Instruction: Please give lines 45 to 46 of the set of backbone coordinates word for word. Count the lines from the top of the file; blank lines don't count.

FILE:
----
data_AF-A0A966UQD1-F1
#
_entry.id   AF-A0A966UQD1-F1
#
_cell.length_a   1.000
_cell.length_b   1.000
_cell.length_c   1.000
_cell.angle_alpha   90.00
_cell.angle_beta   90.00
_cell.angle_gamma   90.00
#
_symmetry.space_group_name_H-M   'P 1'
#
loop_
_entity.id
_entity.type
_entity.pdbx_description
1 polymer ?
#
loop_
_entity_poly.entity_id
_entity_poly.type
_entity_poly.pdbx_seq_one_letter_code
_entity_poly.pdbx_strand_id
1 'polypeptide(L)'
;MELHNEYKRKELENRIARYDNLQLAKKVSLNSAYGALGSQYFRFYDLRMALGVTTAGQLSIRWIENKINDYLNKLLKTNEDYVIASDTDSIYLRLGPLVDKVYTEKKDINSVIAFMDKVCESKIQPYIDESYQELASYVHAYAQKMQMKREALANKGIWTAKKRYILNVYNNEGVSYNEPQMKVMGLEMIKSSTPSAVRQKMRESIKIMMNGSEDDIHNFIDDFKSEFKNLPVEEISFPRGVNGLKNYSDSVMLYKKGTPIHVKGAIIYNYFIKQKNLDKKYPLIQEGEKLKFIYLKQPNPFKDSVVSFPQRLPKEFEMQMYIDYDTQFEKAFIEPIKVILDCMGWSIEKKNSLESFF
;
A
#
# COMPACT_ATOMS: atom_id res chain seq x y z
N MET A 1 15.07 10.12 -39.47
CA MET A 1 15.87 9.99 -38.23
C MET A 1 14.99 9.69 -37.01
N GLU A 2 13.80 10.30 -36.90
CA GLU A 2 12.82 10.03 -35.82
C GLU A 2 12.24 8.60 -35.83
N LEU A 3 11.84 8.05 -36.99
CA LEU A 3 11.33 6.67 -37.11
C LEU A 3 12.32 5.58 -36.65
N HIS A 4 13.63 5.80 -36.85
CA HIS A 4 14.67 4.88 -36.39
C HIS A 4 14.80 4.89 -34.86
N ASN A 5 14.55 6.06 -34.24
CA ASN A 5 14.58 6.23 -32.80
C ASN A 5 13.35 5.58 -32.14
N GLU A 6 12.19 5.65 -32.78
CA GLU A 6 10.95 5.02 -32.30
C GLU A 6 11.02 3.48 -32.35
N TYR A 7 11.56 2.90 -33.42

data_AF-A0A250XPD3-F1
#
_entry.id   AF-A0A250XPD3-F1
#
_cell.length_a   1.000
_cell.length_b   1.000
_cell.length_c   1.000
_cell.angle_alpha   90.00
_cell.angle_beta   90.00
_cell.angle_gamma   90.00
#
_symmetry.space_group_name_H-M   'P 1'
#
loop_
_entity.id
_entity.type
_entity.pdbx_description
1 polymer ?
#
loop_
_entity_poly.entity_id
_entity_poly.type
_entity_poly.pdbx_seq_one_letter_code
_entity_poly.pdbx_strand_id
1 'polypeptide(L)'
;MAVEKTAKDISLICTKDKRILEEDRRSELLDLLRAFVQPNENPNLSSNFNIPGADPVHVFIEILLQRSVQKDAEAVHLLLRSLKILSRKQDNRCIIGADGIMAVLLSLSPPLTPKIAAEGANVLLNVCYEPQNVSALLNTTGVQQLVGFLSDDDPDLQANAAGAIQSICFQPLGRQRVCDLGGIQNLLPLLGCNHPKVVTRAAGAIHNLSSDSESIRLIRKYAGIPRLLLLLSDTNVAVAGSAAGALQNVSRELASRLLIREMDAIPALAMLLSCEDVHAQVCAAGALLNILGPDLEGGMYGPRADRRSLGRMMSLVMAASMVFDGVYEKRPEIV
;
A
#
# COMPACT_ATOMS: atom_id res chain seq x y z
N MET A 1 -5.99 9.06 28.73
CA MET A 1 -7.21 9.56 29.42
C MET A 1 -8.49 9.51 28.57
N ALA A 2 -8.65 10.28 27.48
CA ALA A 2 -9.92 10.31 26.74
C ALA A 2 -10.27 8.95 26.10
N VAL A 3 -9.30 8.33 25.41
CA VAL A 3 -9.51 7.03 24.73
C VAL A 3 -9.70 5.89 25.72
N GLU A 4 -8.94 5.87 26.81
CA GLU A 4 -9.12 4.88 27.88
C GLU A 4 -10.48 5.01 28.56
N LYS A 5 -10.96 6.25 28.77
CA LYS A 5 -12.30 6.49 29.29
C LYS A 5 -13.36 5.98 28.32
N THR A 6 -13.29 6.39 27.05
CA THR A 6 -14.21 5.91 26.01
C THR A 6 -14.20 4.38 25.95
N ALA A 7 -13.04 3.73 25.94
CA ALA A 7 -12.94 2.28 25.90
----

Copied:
C ASN A 5 13.35 5.58 -32.14
N GLU A 6 12.19 5.65 -32.78